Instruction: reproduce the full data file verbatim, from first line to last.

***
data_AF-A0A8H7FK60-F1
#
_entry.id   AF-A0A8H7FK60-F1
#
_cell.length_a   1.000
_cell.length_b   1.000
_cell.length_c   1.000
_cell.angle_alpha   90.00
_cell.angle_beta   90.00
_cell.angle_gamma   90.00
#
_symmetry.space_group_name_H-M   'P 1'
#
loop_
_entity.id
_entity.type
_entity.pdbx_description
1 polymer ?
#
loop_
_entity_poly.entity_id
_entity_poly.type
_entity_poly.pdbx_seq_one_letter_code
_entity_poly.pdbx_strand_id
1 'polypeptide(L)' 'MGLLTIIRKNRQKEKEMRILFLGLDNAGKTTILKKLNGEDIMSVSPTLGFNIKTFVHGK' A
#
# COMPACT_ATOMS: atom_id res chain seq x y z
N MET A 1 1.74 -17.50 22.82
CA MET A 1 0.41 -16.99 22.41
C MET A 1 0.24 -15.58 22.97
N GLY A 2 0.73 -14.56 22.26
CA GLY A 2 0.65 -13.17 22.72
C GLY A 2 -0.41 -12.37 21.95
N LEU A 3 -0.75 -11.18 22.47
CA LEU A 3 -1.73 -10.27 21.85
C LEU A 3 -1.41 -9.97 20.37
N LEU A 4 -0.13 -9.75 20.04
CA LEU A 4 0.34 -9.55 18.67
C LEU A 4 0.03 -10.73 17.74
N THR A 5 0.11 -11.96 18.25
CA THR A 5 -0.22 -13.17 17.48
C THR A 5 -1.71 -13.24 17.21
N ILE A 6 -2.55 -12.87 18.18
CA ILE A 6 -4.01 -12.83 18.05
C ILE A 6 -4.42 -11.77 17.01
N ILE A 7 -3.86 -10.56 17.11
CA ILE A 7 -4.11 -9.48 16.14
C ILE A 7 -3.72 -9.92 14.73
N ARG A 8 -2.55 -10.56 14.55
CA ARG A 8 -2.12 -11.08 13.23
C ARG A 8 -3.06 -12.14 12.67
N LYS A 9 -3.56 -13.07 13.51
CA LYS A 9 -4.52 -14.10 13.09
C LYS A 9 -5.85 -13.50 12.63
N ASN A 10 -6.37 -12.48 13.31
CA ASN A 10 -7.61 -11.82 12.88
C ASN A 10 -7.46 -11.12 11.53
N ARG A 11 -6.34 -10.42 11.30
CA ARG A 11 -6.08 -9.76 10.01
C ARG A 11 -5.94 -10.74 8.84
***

data_AF-A0A8H7FK60-F1
#
_entry.id   AF-A0A8H7FK60-F1
#
_cell.length_a   1.000
_cell.length_b   1.000
_cell.length_c   1.000
_cell.angle_alpha   90.00
_cell.angle_beta   90.00
_cell.angle_gamma   90.00
#
_symmetry.space_group_name_H-M   'P 1'
#
loop_
_entity.id
_entity.type
_entity.pdbx_description
1 polymer ?
#
loop_
_entity_poly.entity_id
_entity_poly.type
_entity_poly.pdbx_seq_one_letter_code
_entity_poly.pdbx_strand_id
1 'polypeptide(L)' 'MGLLTIIRKNRQKEKEMRILFLGLDNAGKTTILKKLNGEDIMSVSPTLGFNIKTFVHGK' A
#
# COMPACT_ATOMS: atom_id res chain seq x y z
N MET A 1 1.74 -17.50 22.82
CA MET A 1 0.41 -16.99 22.41
C MET A 1 0.24 -15.58 22.97
N GLY A 2 0.73 -14.56 22.26
CA GLY A 2 0.65 -13.17 22.72
C GLY A 2 -0.41 -12.37 21.95
N LEU A 3 -0.75 -11.18 22.47
CA LEU A 3 -1.73 -10.27 21.85
C LEU A 3 -1.41 -9.97 20.37
N LEU A 4 -0.13 -9.75 20.04
CA LEU A 4 0.34 -9.55 18.67
C LEU A 4 0.03 -10.73 17.74
N THR A 5 0.11 -11.96 18.25
CA THR A 5 -0.22 -13.17 17.48
C THR A 5 -1.71 -13.24 17.21
N ILE A 6 -2.55 -12.87 18.18
CA ILE A 6 -4.01 -12.83 18.05
C ILE A 6 -4.42 -11.77 17.01
N ILE A 7 -3.86 -10.56 17.11
CA ILE A 7 -4.11 -9.48 16.14
C ILE A 7 -3.72 -9.92 14.73
N ARG A 8 -2.55 -10.56 14.55
CA ARG A 8 -2.12 -11.08 13.23
C ARG A 8 -3.06 -12.14 12.67
N LYS A 9 -3.56 -13.07 13.51
CA LYS A 9 -4.52 -14.10 13.09
C LYS A 9 -5.85 -13.50 12.63
N ASN A 10 -6.37 -12.48 13.31
CA ASN A 10 -7.61 -11.82 12.88
C ASN A 10 -7.46 -11.12 11.53
N ARG A 11 -6.34 -10.42 11.30
CA ARG A 11 -6.08 -9.76 10.01
C ARG A 11 -5.94 -10.74 8.84